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Thread: It May Be A While For WebM In Adobe's Flash

  1. #1
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    Default It May Be A While For WebM In Adobe's Flash

    Phoronix: It May Be A While For WebM In Adobe's Flash

    While Adobe previously said it would support Google's WebM video format within their Flash Player software, it doesn't look like this support will be arriving soon...

    http://www.phoronix.com/vr.php?view=MTAwODA

  2. #2
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    Google is moving to using HTMP5 player instead of Flash-based one on Youtube, so the lack of WebM support in Flash isn't that important. As soon as Youtube and porn sites have moved to HTML5, that'll be the end of Flash, for sure. Adobe is shooting themselves in foot with this.

  3. #3
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    Quote Originally Posted by Reloaded211 View Post
    Google is moving to using HTMP5 player instead of Flash-based one on Youtube, so the lack of WebM support in Flash isn't that important. As soon as Youtube and porn sites have moved to HTML5, that'll be the end of Flash, for sure. Adobe is shooting themselves in foot with this.
    From the user perspective, this is true. But if you are the one, who currently must manage and store two different video codecs (+ different quality-variants each), it would have been a great help, if Adobe had integrated it in Flash. There are still users with Internet Explorer or Safari, with no Webm-playback out-of-the-box. Alas, MS and Apple are the ones to blame the most.

  4. #4
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    It's fine, folks. Adobe is too busy making Flash perform even worse with every new release than to add new features that would actually be useful for content networks.

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    For rendering/decode accelleration you need now vdpau, not good for amd freaks - thats clear But missing webm support is nothing somebody would notice. You can try webm with yt, but only 720p, for full hd+ only h264 is possible, maybe somebody should ask google first why not 1080p/webm for yt.

  6. #6
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    Quote Originally Posted by Reloaded211 View Post
    As soon as Youtube and porn sites have moved to HTML5, that'll be the end of Flash, for sure. Adobe is shooting themselves in foot with this.
    I'm not sure that will really happen anytime soon. Major video sites have been "testing" HTML5 for over a year and are still falling back to Flash for pretty much anything with ads. Considering the existence of projects like AdBlock and NoScript, I'm not surprised that they're hesitant to expose ads to the DOM. There's also the issue of sites like Hulu, Crunchyroll, et. al. wanting DRM support.

    Outside of video streaming, Flash is still the main way to do scripted audio playback. The HTML5 AUDIO element is a joke in its current form (though this is at least being worked on).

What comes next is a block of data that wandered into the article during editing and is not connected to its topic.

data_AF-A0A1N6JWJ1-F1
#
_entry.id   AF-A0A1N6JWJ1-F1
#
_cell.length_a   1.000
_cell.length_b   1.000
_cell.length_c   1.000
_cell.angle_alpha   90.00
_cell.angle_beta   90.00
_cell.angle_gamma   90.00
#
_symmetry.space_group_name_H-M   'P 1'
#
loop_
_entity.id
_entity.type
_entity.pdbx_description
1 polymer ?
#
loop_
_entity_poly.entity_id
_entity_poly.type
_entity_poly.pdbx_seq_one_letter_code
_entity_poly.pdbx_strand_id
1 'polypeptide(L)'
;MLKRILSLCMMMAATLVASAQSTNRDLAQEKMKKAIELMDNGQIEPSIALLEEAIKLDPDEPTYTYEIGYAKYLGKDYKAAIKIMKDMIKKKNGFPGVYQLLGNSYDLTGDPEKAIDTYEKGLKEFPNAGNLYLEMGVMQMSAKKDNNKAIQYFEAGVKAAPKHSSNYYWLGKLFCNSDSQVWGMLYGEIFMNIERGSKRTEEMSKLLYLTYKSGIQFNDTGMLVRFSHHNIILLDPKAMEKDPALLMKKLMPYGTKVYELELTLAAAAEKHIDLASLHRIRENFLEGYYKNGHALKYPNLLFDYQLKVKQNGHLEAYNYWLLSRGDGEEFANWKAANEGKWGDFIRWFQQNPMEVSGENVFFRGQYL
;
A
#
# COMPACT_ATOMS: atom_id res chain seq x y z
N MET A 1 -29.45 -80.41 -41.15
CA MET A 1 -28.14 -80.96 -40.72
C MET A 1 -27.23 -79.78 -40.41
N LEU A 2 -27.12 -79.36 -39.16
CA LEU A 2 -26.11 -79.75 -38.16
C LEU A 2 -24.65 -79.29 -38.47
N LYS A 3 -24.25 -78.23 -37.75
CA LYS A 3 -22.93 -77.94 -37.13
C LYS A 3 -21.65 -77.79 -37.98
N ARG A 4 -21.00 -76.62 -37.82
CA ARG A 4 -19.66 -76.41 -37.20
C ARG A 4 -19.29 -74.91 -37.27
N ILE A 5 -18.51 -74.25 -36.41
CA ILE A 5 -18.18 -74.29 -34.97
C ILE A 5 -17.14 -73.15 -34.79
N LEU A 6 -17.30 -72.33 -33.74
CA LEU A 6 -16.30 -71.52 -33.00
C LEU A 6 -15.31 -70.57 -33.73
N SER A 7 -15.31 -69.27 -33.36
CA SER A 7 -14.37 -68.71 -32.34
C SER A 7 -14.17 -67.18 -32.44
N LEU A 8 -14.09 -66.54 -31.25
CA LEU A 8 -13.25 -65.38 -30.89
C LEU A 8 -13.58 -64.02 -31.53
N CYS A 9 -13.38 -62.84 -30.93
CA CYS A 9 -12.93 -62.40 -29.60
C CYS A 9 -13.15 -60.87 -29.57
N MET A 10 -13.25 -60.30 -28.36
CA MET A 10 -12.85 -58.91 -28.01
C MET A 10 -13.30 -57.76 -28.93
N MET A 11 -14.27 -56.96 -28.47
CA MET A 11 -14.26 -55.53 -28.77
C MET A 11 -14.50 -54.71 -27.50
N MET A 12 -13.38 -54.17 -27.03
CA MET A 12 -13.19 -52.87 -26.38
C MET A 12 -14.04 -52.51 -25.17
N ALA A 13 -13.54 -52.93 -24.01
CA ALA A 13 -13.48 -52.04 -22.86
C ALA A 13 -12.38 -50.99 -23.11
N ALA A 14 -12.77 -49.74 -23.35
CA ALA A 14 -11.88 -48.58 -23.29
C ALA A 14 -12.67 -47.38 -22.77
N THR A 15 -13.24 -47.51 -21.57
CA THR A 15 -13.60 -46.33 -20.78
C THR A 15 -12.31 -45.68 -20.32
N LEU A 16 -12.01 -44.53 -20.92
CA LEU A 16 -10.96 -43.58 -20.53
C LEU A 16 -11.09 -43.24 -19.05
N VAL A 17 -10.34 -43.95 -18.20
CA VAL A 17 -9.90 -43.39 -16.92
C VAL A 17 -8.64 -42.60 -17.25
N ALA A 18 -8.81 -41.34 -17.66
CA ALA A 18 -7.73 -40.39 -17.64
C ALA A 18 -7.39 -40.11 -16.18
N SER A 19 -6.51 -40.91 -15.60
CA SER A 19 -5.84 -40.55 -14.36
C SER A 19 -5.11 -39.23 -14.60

7. #7
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    Default I always thought Adobe was being stupid to add WebM support

    It was only going to encourage people to stop using Flash.

    If Flash supports WebM, then it's a viable codec by itself, and websites could serve all their video in that format. That would just encourage websites to look at HTML5 video instead of going through flash.

    By leaving support out, websites would have to create videos in both h.264 and WebM to make sure all browsers can view them, which is a much larger barrier to cross.

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    I think you can forget that i-devices will support webm, so you always need h264 if you want to support those.

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    Quote Originally Posted by Kano View Post
    I think you can forget that i-devices will support webm, so you always need h264 if you want to support those.
    Yes, that's true. However, i don't think they make up a large enough percentage of web traffic to make much of a difference in the long run, and they'd eventually be forced to include support for what everyone else was using.

    It wouldn't happen for a couple more years, though, and may never happen if Flash doesn't include it.

  10. #10
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    Quote Originally Posted by Ex-Cyber View Post
    I'm not sure that will really happen anytime soon. Major video sites have been "testing" HTML5 for over a year and are still falling back to Flash for pretty much anything with ads. Considering the existence of projects like AdBlock and NoScript, I'm not surprised that they're hesitant to expose ads to the DOM. There's also the issue of sites like Hulu, Crunchyroll, et. al. wanting DRM support.

    Outside of video streaming, Flash is still the main way to do scripted audio playback. The HTML5 AUDIO element is a joke in its current form (though this is at least being worked on).
    adblock works fine with blocking video ads in most flash based players.

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